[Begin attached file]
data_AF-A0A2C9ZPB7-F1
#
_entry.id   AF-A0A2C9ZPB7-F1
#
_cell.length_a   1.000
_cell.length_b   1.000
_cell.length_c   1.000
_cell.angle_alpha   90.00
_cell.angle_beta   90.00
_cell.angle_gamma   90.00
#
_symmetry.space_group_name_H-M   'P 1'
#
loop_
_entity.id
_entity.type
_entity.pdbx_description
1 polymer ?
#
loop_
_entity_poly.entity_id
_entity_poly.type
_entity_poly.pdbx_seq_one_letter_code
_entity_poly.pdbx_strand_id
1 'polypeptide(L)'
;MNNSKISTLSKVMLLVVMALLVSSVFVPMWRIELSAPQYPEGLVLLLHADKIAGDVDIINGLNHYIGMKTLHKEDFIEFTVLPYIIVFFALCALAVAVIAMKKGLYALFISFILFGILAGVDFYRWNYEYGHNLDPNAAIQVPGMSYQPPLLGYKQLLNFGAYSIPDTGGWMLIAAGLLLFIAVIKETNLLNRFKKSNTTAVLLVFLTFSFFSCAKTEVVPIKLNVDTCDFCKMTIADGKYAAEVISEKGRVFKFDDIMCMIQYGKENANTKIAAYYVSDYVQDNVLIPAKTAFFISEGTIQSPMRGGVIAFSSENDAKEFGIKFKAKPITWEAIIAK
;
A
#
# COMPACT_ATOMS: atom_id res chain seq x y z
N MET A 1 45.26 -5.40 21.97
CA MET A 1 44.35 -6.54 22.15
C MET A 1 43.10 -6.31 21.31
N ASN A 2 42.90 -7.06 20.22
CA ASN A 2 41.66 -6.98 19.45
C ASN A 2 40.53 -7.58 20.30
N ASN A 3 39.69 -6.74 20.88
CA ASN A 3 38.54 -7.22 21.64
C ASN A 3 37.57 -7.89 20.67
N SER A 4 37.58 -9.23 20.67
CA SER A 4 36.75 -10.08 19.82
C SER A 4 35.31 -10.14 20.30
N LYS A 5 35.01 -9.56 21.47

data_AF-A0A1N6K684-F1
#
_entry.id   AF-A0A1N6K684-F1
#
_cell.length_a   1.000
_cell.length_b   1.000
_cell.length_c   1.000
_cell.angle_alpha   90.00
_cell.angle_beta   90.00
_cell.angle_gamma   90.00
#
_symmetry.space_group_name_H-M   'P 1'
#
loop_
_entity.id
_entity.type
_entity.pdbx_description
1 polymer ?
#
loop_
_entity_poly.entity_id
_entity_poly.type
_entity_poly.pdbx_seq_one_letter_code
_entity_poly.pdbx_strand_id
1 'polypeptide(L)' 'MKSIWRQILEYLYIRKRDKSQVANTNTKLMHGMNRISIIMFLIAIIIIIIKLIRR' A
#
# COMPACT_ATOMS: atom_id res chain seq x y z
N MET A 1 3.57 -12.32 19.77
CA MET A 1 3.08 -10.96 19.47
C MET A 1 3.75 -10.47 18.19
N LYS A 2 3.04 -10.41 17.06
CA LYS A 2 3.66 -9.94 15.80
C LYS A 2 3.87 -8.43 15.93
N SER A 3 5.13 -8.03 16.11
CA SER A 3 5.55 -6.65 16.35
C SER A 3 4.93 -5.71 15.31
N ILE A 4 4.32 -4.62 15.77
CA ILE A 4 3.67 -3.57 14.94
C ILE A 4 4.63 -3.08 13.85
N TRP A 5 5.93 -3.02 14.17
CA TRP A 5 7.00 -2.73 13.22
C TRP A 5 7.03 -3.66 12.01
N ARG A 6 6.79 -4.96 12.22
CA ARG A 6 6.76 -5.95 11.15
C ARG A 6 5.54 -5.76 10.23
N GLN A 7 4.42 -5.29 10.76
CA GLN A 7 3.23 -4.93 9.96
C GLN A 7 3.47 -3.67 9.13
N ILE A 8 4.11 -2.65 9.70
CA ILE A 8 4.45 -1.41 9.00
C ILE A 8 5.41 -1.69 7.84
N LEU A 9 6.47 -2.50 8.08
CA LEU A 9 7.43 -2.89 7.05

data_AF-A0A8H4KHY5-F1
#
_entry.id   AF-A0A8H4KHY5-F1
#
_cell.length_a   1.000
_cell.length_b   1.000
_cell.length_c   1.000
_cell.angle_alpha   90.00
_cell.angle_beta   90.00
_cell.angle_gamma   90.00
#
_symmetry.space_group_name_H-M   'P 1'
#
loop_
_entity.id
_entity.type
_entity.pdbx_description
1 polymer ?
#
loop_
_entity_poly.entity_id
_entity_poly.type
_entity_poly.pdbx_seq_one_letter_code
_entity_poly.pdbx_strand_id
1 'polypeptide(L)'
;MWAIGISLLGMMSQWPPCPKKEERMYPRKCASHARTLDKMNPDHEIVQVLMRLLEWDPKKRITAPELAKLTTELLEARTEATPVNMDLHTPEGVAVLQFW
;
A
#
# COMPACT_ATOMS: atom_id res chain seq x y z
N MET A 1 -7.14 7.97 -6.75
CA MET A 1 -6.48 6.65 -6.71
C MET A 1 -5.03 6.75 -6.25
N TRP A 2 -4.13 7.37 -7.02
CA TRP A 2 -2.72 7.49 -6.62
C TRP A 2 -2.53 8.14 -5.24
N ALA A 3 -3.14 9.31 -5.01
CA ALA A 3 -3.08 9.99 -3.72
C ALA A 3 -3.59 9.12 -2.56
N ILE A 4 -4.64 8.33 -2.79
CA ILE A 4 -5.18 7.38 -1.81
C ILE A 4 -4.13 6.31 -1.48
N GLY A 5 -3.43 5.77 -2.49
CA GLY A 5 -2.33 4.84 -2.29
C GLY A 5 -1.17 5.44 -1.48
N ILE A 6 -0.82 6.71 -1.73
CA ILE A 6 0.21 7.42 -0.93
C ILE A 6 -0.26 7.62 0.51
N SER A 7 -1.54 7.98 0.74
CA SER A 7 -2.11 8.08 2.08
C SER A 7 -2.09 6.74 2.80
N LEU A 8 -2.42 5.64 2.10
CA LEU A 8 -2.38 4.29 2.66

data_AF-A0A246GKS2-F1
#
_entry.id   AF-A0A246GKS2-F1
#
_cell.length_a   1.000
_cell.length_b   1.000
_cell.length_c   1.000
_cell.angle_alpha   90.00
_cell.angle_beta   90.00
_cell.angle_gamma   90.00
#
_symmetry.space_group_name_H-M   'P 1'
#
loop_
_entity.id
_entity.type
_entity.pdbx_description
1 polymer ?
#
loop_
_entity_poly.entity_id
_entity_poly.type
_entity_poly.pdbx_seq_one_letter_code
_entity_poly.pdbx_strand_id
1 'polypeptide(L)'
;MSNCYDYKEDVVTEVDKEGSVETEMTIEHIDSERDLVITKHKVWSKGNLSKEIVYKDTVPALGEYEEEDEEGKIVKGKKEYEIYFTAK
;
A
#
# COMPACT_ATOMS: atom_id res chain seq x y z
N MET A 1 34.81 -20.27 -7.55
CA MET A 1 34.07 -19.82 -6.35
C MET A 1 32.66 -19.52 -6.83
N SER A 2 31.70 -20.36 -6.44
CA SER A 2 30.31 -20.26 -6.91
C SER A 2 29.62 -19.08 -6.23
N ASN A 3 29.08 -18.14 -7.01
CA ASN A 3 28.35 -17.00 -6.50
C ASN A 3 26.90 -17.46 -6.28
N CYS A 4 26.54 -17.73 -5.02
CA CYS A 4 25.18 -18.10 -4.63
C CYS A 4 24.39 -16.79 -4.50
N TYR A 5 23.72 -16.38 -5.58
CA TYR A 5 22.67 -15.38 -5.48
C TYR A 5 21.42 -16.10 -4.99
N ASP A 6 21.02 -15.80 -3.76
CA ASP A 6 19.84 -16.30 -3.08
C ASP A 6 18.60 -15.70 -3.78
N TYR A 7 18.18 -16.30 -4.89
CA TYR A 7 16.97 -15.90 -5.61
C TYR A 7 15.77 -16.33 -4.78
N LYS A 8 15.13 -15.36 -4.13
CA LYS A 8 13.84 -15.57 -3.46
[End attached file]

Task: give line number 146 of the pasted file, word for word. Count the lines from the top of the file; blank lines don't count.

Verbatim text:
CA SER A 7 -2.11 8.08 2.08